Bungo Stray Dogs: Official Comic Anthology Volume 1 – Rei Review

Bungo Stray Dogs has been treated to a variety of spin-off manga since it began in 2012, so perhaps it’s no surprise that the series has also been treated to a collection of anthologies. The first of these has just made its way to the West thanks to Yen Press, but does it prove a must-have for fans? Let’s find out!

This first anthology collection titled Rei brings together fourteen different mangaka to contribute to thirteen chapters and three colour illustrations. These range in length from 10-15 pages and are largely comedic storylines following the cast of the Armed Detective Agency or the Port Mafia (or both!). And we start well, with a tale about Kunikida having grown fed up with Dazai and joining a cult. The fate of the detective agency now rests on the shoulders of Atsushi who must rekindle the friendship between Kunikida and Dazai…

Dazai causing problems is a running theme for these chapters as we also witness him dropping in on the Port Mafia to annoy Chuuya. And then there’s poor Akutagawa who just wishes for Dazai to acknowledge his efforts and yet happens to overhear Dazai calling Atsushi his partner (in a game they’re going to play, but Akutagawa naturally doesn’t hear that bit).

Of course, it’s not all Dazai-centric as we spend plenty of time with Atsushi, Kyouka, Ranpo and other fan-favourite characters. There’s not enough time to see everyone in this large cast of characters, but the stories here have done a good job of covering the more popular ones. There’s no sign of the characters from The Guild (who readers may remember from Season 2 of the anime), but there are several more of these collections waiting in the wings so I’m sure we’ll see more familiar faces as they go on.

While I enjoyed my time reading this, I do wish there was a bit more variety in the stories presented. They’re almost all comedic and focused on showing sides of the characters we don’t normally see, which isn’t a bad thing but can get repetitive. Perhaps that’s not helped by the original creator duo Kafka Asagiri and Sango Harukawa being absent from this collection (although Harukawa did draw the cover).

Most anthologies like this do include at least one chapter from the original creator(s) and that’s a missing piece here that could have kept it on the right track. After all, while it’s fun to see others present their take on the character there’s nothing else seeing some new from the team who created it all.

Among the mangaka contributing readers may recognise Ui Kashima (I Belong to the Baddest Girl at School), Mito Aoi (Having an Idol-Loving Boyfriend is the Best!), Tsubata Nozaki (Your Forma illustrator), and Neco Kanani who is the mangaka behind the Bungo Stray Dogs: Wan! spin-off series. Being familiar with these creators certainly adds quite a bit of enjoyment to seeing how they’ve chosen to adapt the Bungo characters in their own style, which are all quite unique. I think everyone did a good job of ensuring the characters acted like their usual personalities and they all looked more or less on model, even in styles that were very different to Harukawa’s.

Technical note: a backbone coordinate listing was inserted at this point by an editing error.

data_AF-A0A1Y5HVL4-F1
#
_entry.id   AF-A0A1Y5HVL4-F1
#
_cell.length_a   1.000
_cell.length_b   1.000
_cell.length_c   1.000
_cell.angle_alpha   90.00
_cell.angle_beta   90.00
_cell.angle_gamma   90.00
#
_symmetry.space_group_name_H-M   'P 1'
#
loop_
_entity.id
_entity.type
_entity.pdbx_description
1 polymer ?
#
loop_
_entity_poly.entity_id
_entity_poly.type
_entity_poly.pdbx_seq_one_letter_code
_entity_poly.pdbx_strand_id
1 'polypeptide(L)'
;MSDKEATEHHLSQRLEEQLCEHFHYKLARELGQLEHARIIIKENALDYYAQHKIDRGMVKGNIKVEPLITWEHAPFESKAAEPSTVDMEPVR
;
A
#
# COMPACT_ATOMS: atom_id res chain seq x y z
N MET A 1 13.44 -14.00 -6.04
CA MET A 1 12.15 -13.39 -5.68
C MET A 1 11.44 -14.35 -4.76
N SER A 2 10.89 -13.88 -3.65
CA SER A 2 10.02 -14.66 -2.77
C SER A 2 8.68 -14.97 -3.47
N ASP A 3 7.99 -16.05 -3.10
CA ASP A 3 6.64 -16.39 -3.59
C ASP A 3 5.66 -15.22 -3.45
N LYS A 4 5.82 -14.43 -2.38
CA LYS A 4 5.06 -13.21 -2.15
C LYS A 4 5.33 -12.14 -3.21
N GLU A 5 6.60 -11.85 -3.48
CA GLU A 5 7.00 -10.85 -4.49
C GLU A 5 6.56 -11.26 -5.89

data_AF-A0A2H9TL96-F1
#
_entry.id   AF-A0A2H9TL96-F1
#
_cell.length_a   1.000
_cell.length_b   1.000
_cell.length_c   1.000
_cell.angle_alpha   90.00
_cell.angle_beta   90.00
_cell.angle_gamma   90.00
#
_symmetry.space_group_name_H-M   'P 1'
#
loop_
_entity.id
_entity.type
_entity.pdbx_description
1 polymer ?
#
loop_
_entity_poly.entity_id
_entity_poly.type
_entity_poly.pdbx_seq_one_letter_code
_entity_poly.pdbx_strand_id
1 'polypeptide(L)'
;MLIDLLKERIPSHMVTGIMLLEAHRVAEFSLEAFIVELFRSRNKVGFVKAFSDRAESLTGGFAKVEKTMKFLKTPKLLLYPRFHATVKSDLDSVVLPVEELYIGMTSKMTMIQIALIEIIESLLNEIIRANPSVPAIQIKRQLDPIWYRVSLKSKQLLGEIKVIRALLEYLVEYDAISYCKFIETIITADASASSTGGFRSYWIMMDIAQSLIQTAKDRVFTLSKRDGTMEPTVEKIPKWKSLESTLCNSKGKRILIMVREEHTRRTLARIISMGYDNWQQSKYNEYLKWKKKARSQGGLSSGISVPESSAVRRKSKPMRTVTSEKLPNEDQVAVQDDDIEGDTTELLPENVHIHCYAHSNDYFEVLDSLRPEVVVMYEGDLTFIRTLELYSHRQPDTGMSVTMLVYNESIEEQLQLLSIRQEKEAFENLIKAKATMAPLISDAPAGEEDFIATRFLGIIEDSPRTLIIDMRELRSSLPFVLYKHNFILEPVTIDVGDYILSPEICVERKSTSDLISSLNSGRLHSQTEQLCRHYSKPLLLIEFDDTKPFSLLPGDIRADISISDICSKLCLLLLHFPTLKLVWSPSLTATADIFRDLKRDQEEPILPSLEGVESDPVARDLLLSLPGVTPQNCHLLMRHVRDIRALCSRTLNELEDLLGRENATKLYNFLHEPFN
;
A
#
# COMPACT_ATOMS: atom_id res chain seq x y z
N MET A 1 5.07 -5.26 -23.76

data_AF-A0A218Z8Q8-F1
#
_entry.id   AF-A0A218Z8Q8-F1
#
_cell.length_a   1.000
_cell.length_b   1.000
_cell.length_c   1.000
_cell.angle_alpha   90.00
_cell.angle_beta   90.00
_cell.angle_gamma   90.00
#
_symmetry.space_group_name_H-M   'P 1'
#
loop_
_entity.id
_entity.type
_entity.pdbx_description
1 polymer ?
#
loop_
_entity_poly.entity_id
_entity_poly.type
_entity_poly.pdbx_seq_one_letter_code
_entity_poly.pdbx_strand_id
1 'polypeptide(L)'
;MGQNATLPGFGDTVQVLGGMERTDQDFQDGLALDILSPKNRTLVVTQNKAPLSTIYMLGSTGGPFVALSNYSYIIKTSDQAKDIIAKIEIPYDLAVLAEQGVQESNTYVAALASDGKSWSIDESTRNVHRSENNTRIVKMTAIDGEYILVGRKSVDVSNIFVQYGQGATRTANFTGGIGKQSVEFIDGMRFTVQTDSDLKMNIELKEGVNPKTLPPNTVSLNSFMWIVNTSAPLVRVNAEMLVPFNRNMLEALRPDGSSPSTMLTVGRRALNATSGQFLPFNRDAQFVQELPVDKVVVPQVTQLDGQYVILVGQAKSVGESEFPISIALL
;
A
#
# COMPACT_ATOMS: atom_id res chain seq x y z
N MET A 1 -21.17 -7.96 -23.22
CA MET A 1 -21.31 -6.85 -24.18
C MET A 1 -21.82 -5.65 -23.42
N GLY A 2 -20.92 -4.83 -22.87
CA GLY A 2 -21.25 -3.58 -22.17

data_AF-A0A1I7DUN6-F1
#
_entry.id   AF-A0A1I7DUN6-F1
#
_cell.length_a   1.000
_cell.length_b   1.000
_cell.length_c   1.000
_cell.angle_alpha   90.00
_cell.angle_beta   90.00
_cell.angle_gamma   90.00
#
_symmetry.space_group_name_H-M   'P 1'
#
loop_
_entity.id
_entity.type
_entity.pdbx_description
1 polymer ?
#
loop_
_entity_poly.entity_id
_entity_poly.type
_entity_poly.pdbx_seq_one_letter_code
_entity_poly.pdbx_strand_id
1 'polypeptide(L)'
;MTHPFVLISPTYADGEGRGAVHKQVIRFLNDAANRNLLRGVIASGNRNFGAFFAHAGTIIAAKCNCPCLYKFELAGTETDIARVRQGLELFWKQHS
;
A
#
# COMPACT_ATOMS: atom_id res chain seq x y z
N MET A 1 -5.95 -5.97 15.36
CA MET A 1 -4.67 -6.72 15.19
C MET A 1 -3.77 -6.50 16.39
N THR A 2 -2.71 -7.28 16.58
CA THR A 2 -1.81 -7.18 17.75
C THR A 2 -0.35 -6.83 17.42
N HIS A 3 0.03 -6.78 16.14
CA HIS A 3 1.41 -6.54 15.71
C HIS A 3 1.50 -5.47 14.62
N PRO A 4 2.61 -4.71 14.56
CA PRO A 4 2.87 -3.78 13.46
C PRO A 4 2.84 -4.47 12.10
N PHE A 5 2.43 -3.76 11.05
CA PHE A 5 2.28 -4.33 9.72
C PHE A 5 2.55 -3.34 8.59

As mentioned, Bungo Stray Dogs: Official Comic Anthology Volume 1 comes to the West thanks to Yen Press and has been translated by Kevin Gifford with lettering by Bianca Pistillo. Both Gifford and Pistillo work on the main series for Bungo, as well as several of the spin-offs so we’re in safe hands here when it comes to consistency with the rest of the franchise. This release comes with extensive translation notes at the end as well as colour pages to open.

There are six more of these anthologies available in Japan. Here in English, Volume 2 is set for a release in November, with nothing further in the calendar thereafter (presumably because that’s so far off!). Given Yen is busy releasing the main series, Wan, and various other spin-offs so I can see why this isn’t on the fastest schedule.

Overall, this anthology collection for Bungo Stray Dogs is enjoyable despite being a little repetitive in the stories it’s compiled. How much you enjoy this will come down to your tolerance for the more comedic side of things. If you enjoy Wan, you’re more likely to enjoy this as opposed to readers who are looking for action like in the main series.

Our review copy from Yen Press was supplied by Diamond Book Distributors UK. 

7 / 10


When she's not watching anime, reading manga or reviewing, Demelza can generally be found exploring some kind of fantasy world and chasing her dreams of being a hero.

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